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first_imgFour hours before each Syracuse match, the Orange convene for their pregame meal. Head coach Ian McIntyre may mention their upcoming game, but before his team eats, McIntyre splits his team into four groups, one for each grade.The Orange engage in a trivia match, testing the team’s knowledge of soccer. Many of the questions revolve around the English Premier League and other professional soccer teams, while McIntyre will occasionally mix in pop culture references.The winning team eats first. The one who finishes last has to wait until everyone is finished to indulge.McIntyre brought pregame trivia with him to Syracuse when he became head coach in 2010 and has continued it into his 10th season. With a team of players from nine different countries who support dozens of different domestic and international soccer teams, much of Syracuse’s intra-team trash talk and banter centers around weekly trivia, FIFA video games and professional results. Entering the heart of their conference schedule, Syracuse (3-2-4, 0-1-2 Atlantic Coast) bonds over its differing levels of soccer knowledge and love of professional soccer.“I think it’s especially beneficial for us because we do it on game days,” sophomore Christian Miesch said. “The game days are already pretty intense, everyone is focused on themselves. But then we have the trivia which takes some pressure off.”AdvertisementThis is placeholder textWhile the freshmen have the largest trivia team, the group’s size makes communication difficult in the competition. Other than one upset from the freshman team, the juniors have won all but one time as of Sept. 18, Simon Triantafillou said. The four-man junior class of Dylan McDonald, Triantafillou, Nikolas Steiner and Sondre Norheim have often bragged about their trivia success in 2019.McDonald, a junior, said it’s “not really much of a surprise” that his class has been the first to enjoy many of their pre-match meals this season. McIntyre admits that veterans typically have an advantage in trivia, but that hasn’t translated for this year’s seniors. Jake Leahy, Massimo Ferrin and John-Austin Ricks admitted that while they watch soccer themselves, their teammates “live for it.”“We’ve got a very diverse locker room, players from all across this country and other countries,” said McIntyre, a Liverpool supporter. “The common thread is football. It’s part of our routine to have a few soccer questions, maybe it’s just putting up with me.”Eva Suppa | Digital Design EditorTeam allegiances for most of Syracuse’s players come from their connections. Miesch’s youth soccer coach always wore a Juventus jersey and Miesch was on an extended trial with the Manchester City youth academy in his teens. They are now his two favorite teams.Leahy idolized former Manchester City and English national goalkeeper Joe Hart and became a fan because of him. He also supports the MLS New York Red Bulls after he spent his youth in the training academy. Ferrin grew up in Canada but his Italian roots have left him a supporter of AC Milan. Same for Triantafillou, who’s from Canada, but supports the Greek team Olympiakos.When the Orange have training on the weekends, Leahy said that the team will often watch morning European matches before practice in their apartments or the locker room.“If we have a training session in the morning, and there’s a big game on, it’s about a guarantee that no one will be early to practice,” Leahy said. “Everyone will show up right on time because we’re watching the game.”Senior transfer Matt Orr is one of those superfans. An avid Liverpool supporter, Orr has aided 2019’s seniors in pregame trivia, multiple players said, though the seniors have struggled recently.Ricks sometimes gets teased when he doesn’t know an answer. And Ferrin still refuses to give McDonald and the juniors credit, claiming that no team has consistently won this year.“It’s fun to get the guys laughing, I’m pretty terrible,” Leahy said. “These guys know way more than I will ever know.” Comments Published on October 2, 2019 at 11:59 pm Contact Anthony: [email protected] Facebook Twitter Google+last_img read more

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first_img Eden Hazard 1 Chelsea boss Jose Mourinho is ready to risk Eden Hazard against Stoke this weekend, even though he admits the midfield maestro is struggling.Belgian ace Hazard has been Chelsea’s star player this season, playing in almost every game for club and country.But despite returning from international duty a weary man, Mourinho wants him to play again this weekend.“Hazard is tired because he played two matches in three days,” the Portuguese coach pointed out.“But that’s the season – that’s the season for a player that is important for the team. I want to play him every time and the international coach wants to play him every time.“It’s not a surprise that he can be a bit tired but I believe in him, in his desire to play and reach the season objective, so I will start with him.”Mourinho, who reckons Chelsea need to win six more matches to be crowned champions, also revealed there is no place for Jon Obi Mikel, but he expects striker Diego Costa to start.last_img read more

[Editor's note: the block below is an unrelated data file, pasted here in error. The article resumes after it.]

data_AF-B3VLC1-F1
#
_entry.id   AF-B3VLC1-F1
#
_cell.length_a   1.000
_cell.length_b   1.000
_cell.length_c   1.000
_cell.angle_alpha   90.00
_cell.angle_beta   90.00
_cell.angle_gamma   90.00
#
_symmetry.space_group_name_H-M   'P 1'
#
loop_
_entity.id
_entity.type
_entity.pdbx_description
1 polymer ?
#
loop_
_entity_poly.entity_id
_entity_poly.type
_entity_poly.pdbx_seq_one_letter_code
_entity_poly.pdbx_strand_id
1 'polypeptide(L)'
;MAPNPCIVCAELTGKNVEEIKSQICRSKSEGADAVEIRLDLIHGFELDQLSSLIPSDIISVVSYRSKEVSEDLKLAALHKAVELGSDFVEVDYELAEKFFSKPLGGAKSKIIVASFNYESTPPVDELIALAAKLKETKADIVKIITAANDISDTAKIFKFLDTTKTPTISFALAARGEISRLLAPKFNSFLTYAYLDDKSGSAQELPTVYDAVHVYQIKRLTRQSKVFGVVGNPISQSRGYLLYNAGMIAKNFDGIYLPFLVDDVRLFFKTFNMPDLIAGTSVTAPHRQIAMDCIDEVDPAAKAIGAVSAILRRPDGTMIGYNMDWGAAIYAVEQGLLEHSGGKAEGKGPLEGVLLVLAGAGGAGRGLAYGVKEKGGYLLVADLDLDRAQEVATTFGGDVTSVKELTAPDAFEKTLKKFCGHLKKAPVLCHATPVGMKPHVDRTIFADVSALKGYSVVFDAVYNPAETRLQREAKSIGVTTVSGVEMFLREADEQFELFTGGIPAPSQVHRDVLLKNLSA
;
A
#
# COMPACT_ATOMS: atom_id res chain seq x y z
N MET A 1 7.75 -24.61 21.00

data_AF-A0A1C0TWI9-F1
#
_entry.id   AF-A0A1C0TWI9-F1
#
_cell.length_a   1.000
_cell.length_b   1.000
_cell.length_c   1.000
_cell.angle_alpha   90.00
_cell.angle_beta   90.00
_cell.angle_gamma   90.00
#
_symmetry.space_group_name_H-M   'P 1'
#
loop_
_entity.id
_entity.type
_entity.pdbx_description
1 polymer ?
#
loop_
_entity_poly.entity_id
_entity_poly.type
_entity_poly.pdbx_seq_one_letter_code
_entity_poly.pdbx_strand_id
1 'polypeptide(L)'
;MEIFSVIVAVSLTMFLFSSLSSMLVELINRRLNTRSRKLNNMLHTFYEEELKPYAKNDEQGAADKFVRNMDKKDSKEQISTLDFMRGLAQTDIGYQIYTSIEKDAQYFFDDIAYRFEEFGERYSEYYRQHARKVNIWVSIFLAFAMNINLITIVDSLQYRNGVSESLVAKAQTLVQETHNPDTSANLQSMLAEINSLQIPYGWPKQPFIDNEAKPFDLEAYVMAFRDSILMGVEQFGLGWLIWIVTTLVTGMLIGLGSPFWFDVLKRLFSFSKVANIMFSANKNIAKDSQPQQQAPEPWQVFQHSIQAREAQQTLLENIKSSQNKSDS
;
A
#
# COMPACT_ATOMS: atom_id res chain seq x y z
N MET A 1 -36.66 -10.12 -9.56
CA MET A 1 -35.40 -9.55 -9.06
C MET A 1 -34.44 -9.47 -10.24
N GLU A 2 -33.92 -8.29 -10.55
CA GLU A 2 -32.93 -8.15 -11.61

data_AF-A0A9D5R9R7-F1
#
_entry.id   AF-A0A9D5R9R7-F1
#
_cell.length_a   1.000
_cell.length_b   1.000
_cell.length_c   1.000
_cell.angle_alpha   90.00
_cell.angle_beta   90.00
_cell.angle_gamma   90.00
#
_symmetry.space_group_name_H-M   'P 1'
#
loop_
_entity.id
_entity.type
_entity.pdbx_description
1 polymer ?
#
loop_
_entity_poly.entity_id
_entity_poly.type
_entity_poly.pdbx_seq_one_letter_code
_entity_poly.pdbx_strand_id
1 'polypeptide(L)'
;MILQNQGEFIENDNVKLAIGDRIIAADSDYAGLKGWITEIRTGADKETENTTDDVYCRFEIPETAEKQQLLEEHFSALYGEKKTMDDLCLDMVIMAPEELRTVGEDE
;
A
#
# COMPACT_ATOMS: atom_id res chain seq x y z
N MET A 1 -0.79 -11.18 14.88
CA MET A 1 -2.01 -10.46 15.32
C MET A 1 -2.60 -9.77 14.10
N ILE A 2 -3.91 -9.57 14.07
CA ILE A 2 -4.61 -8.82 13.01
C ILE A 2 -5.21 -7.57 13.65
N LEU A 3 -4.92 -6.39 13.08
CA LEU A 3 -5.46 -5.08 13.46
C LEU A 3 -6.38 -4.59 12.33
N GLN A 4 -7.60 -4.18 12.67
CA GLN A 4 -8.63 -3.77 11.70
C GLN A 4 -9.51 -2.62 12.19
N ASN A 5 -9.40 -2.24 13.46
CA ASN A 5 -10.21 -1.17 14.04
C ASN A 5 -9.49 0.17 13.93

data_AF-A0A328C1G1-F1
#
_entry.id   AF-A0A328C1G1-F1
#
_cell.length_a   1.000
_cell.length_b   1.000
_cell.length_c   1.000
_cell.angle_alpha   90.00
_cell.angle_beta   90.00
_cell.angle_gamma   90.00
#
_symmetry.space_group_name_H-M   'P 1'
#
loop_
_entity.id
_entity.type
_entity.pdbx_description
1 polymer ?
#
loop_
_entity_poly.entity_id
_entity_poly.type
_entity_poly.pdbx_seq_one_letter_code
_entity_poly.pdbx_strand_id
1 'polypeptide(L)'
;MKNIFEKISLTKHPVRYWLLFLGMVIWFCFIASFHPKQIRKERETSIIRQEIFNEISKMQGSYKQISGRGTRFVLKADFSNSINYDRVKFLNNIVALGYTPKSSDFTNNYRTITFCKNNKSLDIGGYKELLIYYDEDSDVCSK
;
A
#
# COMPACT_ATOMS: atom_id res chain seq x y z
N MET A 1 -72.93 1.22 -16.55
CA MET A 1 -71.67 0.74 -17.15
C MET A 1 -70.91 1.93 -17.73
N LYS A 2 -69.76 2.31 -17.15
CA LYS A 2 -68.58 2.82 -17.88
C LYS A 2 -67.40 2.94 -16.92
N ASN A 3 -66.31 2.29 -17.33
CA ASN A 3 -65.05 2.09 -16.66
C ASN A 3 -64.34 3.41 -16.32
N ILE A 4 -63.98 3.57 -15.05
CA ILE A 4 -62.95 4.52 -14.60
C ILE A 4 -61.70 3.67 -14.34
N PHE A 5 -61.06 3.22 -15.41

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first_img AD Quality Auto 360p 720p 1080p Top articles1/5READ MORECasino Insider: Here’s a look at San Manuel’s new high limit rooms, Asian restaurant BFI officials were not at the council meeting and did not return phone calls. However, the company has previously said city leaders should not assume that BFI would be willing to reduce its dumping fees. Council President Eric Garcetti plans to appoint a delegation of council members to approach BFI next week. The city has until Feb. 28 to decide whether to renew the five-year, $157 million contract with BFI, which now hauls 3,600 tons of refuse a day to Sunshine Canyon near Granada Hills. Under the current contract, the city must send all its trash to Sunshine Canyon to get the $25-per-ton price, which totals about $29 million per year. BFI has warned that if the city breaks the pact and sends trash to other landfills, the per-ton price could jump to $45. If BFI agrees to lock in the lower price, L.A. could send roughly half its trash to landfills in Riverside and Kings counties for an extra $4.15 million per year, according to estimates released Friday by the Chief Legislative Analyst’s Office. If BFI charges the higher rate, it would cost L.A. $12.69 million more per year to send trash outside city limits. With 10 days left to decide whether to extend a contract for Sunshine Canyon Landfill, the City Council voted Friday to make a desperate final appeal to the dump’s owner to keep the disposal cost down and let Los Angeles start shipping some of its trash to more remote sites. Cooperation from Browning Ferris Industries could allow the city to send half of its residential trash to dumps outside the city limits for an additional $4 million a year, officials say. And that would help Councilman Greig Smith convince budget-conscious colleagues that it’s time to fulfill a promise to end the city’s reliance on urban landfills. “The whole thing hinges on BFI and whether they want to be a good corporate citizen,” said Smith, who pushed for the new negotiating team. If BFI refuses to negotiate, Smith said, “the council has to make a tough decision if they want to keep doing business with BFI.” Waste Management Inc., which has proposed hauling some of the city’s trash at its El Sobrante Landfill in Riverside County, urged the City Council to spend the extra money rather than rely on one company. “If there was ever a situation that screams for competition, we believe this is it,” said Doug Corcoran, Waste Management’s director of operations. Granada Hills residents said they would hold Mayor Antonio Villaraigosa to statements he made in a letter to the North Valley Coalition last year in which he said he was prepared to support alternatives to Sunshine Canyon Landfill that cost an additional $9 million to $16 million. Also on Friday, the City Council adopted Smith’s RENEW LA plan, a 20-year blueprint for Los Angeles to reduce its reliance on dumps by expanding recycling, converting waste into energy and paying tax incentives for businesses using trash in manufacturing. Kerry Cavanaugh, (818) 713-3746 [email protected] 160Want local news?Sign up for the Localist and stay informed Something went wrong. Please try again.subscribeCongratulations! You’re all set!last_img read more